How to Web Scrape on a Schedule with Apache Cassandra, FastAPI, and Python
Author: Pieter Humphrey
Can there be other use cases for Apache Cassandra® beyond messaging and chat? In this tutorial, we show you how to web scrape on a schedule by integrating the Python framework called FastAPI with Astra DB, a serverless, managed Database-as-a-Service built on Cassandra.
Recently, I caught up with the Pythonic YouTuber Justin Mitchell from CodingEntrepreneurs and we discussed how today’s apps are tackling global markets and issues. He pointed out that Discord stores 120 million messages with only four backend engineers—and that was back in 2017.
While scale is certainly not the only consideration for global applications, it’s one of the most difficult issues to tackle, because it often implies costly rewrites or re-architectures. Today, Discord is storing billions of messages a day, with a minimal team — still. Justin and I are both curious: what makes this possible?
As Discord writes on their blog,
“This is a lot of data that is ever increasing in velocity, size, and must remain available. How do we do it? Cassandra!”
As developers, we know that scalability on the app tier is just as important as the data tier. In the past decade, application frameworks and libraries have massively improved to tackle distributed applications. But what about distributed data?
Apache Cassandra® is a NoSQL and open-source database built for astounding amounts of data, and used by global enterprises like Netflix, Apple, and Facebook. But can there be other use cases for Cassandra beyond messaging and chat? I asked Justin from CodingEntrepreneurs if he thought web scraping was an interesting use case.
In this video tutorial on the Coding for Entrepreneurs YouTube Channel, Justin shows you how to web scrape on a schedule by integrating the Python framework called FastAPI with Astra DB, a serverless, managed Database-as-a-Service built on Cassandra.
This tutorial build uses the following technologies:
- Astra DB: managed Cassandra database service
- FastAPI: web framework for developing RestAPIs in Python based on pydantic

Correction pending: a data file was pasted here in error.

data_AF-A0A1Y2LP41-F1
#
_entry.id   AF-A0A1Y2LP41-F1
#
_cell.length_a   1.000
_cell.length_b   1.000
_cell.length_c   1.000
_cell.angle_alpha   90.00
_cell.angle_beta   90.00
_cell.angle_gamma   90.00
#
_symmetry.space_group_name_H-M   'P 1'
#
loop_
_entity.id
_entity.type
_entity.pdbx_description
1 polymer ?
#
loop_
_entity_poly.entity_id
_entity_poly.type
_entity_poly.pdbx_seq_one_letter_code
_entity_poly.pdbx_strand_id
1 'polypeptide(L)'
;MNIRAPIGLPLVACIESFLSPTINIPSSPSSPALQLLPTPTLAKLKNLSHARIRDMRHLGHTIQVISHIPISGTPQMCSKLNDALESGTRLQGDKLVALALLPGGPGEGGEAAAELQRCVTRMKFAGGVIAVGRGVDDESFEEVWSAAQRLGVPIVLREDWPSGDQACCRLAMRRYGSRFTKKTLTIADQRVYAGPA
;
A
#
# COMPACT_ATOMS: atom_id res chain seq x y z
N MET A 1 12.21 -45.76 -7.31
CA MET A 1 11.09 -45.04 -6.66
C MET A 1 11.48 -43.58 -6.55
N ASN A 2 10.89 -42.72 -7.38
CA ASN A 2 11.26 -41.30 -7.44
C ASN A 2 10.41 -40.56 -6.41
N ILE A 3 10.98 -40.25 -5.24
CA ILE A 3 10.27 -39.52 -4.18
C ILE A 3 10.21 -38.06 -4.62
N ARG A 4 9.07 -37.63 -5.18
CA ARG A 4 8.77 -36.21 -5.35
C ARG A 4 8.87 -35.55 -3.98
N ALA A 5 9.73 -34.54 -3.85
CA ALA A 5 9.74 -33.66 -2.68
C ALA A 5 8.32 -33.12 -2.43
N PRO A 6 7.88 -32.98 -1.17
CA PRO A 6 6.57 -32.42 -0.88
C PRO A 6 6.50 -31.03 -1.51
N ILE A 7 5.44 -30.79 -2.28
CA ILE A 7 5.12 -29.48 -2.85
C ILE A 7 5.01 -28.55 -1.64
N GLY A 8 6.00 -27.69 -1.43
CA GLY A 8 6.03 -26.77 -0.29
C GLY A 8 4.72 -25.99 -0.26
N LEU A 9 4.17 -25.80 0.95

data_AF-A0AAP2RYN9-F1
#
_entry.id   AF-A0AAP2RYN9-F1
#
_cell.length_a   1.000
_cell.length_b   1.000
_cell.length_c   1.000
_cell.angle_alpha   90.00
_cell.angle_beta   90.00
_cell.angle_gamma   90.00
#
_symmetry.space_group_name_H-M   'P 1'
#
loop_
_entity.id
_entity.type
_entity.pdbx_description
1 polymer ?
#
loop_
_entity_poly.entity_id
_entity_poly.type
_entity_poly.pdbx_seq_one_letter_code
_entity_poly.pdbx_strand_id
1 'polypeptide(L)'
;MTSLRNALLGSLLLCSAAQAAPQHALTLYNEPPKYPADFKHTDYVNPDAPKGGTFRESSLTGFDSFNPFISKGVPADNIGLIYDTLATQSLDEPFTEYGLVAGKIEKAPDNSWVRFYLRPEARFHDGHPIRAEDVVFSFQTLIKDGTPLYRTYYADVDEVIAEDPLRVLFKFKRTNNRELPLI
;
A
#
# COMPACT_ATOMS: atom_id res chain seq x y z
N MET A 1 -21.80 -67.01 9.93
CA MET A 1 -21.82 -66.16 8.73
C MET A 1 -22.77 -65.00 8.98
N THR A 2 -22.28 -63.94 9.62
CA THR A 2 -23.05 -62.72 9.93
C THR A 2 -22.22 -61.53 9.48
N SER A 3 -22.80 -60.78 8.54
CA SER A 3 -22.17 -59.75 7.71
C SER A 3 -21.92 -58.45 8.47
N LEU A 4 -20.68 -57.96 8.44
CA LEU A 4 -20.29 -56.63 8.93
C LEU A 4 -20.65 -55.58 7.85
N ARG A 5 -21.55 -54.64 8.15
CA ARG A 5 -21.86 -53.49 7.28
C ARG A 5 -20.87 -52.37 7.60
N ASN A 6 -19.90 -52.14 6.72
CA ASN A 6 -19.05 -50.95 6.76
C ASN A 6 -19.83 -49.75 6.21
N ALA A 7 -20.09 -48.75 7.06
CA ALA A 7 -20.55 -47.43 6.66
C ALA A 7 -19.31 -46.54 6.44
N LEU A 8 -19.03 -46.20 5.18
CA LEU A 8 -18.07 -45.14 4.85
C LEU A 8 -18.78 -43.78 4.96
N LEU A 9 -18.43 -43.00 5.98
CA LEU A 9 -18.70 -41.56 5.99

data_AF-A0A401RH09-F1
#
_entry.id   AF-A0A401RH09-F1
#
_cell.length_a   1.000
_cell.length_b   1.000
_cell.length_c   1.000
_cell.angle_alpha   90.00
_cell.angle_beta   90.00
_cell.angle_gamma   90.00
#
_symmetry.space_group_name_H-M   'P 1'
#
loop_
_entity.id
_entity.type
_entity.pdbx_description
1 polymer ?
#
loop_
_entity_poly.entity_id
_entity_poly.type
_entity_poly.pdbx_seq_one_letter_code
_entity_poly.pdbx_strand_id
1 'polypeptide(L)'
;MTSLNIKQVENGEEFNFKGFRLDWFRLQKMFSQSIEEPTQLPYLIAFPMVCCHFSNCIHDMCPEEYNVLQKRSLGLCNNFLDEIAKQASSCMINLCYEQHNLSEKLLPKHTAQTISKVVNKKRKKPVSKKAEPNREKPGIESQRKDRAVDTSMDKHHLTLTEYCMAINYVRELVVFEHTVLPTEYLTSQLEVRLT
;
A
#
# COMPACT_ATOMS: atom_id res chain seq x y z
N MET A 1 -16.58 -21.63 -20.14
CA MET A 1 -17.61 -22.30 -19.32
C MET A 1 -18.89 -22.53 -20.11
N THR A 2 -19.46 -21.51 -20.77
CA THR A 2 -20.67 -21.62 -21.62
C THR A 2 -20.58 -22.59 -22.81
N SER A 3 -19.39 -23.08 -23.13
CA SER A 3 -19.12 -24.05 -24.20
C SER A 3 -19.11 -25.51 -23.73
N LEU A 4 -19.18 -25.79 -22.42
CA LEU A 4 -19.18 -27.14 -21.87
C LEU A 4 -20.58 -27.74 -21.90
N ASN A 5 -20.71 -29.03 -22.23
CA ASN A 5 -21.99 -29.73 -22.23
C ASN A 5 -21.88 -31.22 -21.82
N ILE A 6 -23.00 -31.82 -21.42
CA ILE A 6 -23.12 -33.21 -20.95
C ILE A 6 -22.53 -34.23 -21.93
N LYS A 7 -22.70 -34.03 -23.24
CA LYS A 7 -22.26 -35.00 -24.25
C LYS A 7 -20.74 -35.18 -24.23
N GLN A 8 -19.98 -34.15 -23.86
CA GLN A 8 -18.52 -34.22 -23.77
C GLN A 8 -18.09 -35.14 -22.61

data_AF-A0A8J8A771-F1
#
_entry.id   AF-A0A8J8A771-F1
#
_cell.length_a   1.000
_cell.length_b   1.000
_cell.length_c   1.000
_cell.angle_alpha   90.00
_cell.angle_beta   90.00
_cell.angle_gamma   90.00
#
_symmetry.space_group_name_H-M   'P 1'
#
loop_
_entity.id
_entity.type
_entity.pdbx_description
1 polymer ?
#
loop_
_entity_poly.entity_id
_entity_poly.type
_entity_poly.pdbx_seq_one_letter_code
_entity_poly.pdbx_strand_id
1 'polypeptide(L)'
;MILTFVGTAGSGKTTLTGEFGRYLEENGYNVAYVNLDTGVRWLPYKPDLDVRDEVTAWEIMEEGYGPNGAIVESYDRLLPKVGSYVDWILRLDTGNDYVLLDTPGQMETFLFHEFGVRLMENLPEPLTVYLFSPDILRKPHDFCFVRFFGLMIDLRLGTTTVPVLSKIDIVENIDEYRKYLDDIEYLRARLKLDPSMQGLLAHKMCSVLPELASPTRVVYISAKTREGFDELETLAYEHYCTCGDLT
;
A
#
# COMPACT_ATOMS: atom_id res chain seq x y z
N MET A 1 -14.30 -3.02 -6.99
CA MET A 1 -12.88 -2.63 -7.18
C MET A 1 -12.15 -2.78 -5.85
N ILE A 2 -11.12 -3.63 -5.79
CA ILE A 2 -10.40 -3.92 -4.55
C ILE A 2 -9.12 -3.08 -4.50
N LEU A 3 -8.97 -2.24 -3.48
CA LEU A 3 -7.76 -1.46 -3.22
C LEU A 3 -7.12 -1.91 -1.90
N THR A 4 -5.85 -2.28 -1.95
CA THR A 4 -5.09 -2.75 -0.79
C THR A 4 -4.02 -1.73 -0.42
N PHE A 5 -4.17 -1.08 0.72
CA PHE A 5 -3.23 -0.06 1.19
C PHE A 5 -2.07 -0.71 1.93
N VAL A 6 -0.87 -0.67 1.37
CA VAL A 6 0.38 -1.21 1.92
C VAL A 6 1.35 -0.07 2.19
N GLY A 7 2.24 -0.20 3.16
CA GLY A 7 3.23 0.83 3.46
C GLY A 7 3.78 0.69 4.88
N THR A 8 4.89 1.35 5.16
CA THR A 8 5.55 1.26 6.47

- Python: interpreted programming language
- pydantic: library for data parsing and validation
- Celery: open-source asynchronous task queue based on distributed message passing
- Redis: open-source, in-memory data store used as a message broker
We began our video tutorial with a quick demo on implementing our own scraping client and methods to scrape a dataset from Amazon.com on Jupyter Notebook. We show you how we grab all the raw data, put it in a dictionary, validate it, and store it in a database. What is amazing is that when FastAPI starts, it syncs all the database tables coming from AstraDB automatically. This makes web scraping really simple, easy, and fast.
What you need to web scrape on a schedule
We will be using Python to perform web scraping, which means extracting data from websites. Since we are web scraping on a quick schedule, we are going to get massive amounts of data really, really quickly, making it perfect for Cassandra. We will use Astra DB to automatically connect to Cassandra, which gives us up to 80 gigabytes for free. Start by signing up for an account here.
We also recommend that you have some experience with Python, like completing the programming challenge 30 days of Python. If you have a basic knowledge in classes, functions, and strings, you are good to go.
You will find all the tools you need on the Coding for Entrepreneurs Github. Don’t forget to install Python 3.9 and download Visual Studio Code as your code and text editor, and we are ready to set up our environment. Follow along in our YouTube tutorial.
Integrating Python with Cassandra
Once you’ve signed up for your free account on Datastax, we will create a FastAPI database on Astra DB with the key space name, provider and region that’s closest to you physically. While we are waiting for the database, we will add a new token to the application, which we walk through step-by-step in our video tutorial.